Phil Wright of Paris cooks fearlessly and creatively.
“A lot of it is trial and error. You can’t be afraid to step out of the box,” the Edgar County Farm Bureau director told FarmWeek. “If it (a loaf) doesn’t rise quite right, the worst we can do is eat it.”
A retired grain merchandiser, Wright went from trading grain to cooking with it as head baker and creator at Grand Oak Farm Artisan Breads. Edgar County Farm Bureau Manager Wyatt Williamson described Wright as a “mad scientist of bread” known for his tasty inventions.
One of those inventions, spent-grain brewery bread became a best seller after Wright perfected the recipe. The special ingredient is grain used by Lot 50 Brewing, Paris’ local brewery. Another unique touch is a sourdough starter that reportedly goes back to the days of the Oregon Trail, a favorite of his daughter, Agnes Laughlin. With a laugh, Wright admitted while he can’t verify the sourdough’s pedigree, “I’ve had it for 15 years and I haven’t killed it yet.”
Sourdough launched Wright’s post-retirement baking gig after 30 years in the grain business. Putting his fondness for cooking and a 2-quart cast iron Dutch oven to use, Wright enjoyed his first sourdough loaves. Then he let friends try some, and the call of the oven took hold.
Five years later, bread-baking – eight loaves at a time – starts late Friday and continues overnight into Saturday morning to produce 30 loaves for the Paris Farmers’ Market on Saturdays from 8 a.m. to noon. Customers find whole wheat, white and spent-grain bread at the market and other events. For the holidays, he also bakes a German stollen bread.
“Baking bread is rewarding and relaxing,” Wright said. “I never thought I’d be a guy baking bread. I just never thought I’d spend hours baking bread, but it’s fun.”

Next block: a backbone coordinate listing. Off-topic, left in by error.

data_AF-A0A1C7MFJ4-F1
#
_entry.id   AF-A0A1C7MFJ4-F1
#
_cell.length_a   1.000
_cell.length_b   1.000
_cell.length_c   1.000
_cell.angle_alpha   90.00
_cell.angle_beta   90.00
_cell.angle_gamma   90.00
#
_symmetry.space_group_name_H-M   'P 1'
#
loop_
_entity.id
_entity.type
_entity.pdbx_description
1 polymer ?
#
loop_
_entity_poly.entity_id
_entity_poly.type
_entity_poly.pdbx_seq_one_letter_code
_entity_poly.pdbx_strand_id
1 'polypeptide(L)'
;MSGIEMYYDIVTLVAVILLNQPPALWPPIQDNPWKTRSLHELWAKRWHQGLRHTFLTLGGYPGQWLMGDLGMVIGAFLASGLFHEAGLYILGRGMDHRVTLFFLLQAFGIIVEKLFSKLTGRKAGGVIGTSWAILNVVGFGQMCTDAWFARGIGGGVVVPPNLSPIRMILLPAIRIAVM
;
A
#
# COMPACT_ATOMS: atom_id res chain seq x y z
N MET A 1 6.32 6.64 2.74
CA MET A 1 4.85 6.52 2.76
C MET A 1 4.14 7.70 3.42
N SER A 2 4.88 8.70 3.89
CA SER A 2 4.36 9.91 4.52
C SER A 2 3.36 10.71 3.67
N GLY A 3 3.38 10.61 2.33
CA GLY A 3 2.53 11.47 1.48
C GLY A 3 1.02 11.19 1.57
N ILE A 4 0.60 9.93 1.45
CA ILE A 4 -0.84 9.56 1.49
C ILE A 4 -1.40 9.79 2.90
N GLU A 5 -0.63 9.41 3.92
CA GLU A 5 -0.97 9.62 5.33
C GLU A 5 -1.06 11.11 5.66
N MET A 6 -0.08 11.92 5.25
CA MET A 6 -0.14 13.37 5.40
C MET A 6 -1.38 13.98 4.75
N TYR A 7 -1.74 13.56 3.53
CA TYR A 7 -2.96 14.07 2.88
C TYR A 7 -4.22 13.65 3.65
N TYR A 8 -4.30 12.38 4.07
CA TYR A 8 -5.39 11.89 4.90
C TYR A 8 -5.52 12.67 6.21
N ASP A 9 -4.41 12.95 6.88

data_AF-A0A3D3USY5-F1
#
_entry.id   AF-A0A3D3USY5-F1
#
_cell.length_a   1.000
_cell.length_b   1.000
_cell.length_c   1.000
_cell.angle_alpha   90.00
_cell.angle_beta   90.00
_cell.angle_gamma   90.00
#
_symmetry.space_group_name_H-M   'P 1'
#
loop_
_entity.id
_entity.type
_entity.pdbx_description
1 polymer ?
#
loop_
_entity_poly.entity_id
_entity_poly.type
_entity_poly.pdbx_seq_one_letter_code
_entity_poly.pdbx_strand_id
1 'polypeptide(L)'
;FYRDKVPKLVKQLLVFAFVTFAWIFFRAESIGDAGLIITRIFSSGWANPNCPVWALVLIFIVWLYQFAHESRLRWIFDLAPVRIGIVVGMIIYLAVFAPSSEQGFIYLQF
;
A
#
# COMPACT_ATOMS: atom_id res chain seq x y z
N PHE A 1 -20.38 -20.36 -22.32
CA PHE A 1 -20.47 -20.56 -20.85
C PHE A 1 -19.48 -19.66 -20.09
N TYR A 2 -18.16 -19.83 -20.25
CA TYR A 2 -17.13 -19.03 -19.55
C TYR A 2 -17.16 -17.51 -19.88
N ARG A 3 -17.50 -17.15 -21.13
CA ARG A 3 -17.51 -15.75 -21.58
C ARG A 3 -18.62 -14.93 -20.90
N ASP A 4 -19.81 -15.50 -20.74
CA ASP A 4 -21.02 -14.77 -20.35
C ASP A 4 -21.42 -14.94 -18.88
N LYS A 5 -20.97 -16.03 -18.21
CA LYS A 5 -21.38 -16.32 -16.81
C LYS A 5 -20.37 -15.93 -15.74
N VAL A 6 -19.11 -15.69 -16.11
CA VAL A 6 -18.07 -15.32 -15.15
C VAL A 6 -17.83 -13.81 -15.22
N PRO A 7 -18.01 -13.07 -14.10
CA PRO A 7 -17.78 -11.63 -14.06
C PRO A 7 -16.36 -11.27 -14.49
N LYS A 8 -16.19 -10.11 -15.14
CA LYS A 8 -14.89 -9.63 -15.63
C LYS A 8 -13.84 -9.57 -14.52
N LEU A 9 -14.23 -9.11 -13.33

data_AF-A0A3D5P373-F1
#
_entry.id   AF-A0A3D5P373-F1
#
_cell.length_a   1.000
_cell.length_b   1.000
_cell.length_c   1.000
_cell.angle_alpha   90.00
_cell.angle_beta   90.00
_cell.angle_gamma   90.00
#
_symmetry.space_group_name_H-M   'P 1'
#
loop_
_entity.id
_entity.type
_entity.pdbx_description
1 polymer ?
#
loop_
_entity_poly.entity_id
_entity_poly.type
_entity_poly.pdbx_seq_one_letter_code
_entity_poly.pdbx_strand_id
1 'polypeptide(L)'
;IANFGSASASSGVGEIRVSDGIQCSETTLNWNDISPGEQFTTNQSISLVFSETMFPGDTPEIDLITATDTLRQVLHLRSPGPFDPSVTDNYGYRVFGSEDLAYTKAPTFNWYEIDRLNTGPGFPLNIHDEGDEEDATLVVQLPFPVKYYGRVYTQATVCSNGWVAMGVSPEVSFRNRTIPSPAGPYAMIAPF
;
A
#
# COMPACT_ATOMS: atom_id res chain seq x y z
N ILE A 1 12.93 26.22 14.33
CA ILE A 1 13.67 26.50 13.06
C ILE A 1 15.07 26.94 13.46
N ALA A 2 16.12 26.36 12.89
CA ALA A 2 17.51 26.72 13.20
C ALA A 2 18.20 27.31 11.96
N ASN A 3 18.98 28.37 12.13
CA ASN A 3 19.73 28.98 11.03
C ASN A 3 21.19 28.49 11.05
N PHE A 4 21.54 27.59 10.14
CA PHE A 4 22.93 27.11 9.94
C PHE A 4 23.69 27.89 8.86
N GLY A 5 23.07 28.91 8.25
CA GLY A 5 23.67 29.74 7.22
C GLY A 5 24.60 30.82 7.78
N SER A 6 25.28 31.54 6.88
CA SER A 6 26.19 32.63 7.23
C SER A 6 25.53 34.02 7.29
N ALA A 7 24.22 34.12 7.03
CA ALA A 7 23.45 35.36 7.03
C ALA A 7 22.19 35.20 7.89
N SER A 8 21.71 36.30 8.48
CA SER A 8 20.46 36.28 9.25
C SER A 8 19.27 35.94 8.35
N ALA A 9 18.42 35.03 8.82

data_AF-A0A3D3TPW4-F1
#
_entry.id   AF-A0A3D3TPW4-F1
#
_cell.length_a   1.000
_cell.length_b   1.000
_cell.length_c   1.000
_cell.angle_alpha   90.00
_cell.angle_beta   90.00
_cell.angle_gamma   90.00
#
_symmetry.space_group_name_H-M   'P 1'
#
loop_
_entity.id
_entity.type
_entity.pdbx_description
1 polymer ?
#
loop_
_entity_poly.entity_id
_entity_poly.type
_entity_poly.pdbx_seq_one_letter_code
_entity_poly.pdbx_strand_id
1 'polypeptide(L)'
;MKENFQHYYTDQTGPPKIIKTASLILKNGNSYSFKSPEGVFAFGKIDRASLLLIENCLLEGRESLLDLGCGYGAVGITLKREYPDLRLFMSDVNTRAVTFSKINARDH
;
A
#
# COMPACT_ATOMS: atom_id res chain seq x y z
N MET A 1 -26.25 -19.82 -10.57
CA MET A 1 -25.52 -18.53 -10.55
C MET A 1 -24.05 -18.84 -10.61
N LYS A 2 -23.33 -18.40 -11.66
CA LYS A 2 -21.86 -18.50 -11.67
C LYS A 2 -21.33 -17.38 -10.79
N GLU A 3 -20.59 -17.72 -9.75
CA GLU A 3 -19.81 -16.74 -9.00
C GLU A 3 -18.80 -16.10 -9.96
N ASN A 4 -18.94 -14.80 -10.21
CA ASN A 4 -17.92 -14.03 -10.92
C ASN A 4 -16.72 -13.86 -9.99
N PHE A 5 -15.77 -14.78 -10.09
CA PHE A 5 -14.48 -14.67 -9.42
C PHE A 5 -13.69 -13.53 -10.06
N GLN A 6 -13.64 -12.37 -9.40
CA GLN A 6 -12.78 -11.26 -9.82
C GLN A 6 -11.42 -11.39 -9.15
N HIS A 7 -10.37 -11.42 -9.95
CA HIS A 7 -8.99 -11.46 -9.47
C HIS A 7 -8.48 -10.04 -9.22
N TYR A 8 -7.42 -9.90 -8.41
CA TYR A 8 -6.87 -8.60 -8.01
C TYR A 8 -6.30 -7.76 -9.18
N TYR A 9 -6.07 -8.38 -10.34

Baking doesn’t consume all his time.
Wright and his wife, Mary Liz, a University of Illinois Extension nutrition educator, care for a shorthorn cow-calf herd and a flock of hair wool sheep on their 160-acre farm. At local fairs and festivals, he also operates a concession stand that makes fresh fruit smoothies and pork and chicken teriyaki-infused kabobs.
All through the pandemic bread-baking craze that made ingredients scarce, Wright was able to continue buying 50-pound bags of flour from Amish stores in Arthur. In Wright’s view, the pandemic not only taught people to be more self-sufficient, but also to rely on their neighbors.
Not one to rest on his golden crusts, Wright is whipping up new creations.
“I make a beer butter bread. It’s almost a cake,” he said. “I’m working on a rye bread that’s in the experimental stage. Rye is hard to get it to raise. In another month or so, I’ll have it on the shelf.”
No doubt, Wright’s latest creation will be hearty, flavorful perfection.
“I want to have my hand in every loaf I sell,” he theorized. “I want it to be the best bread I could possibly sell.”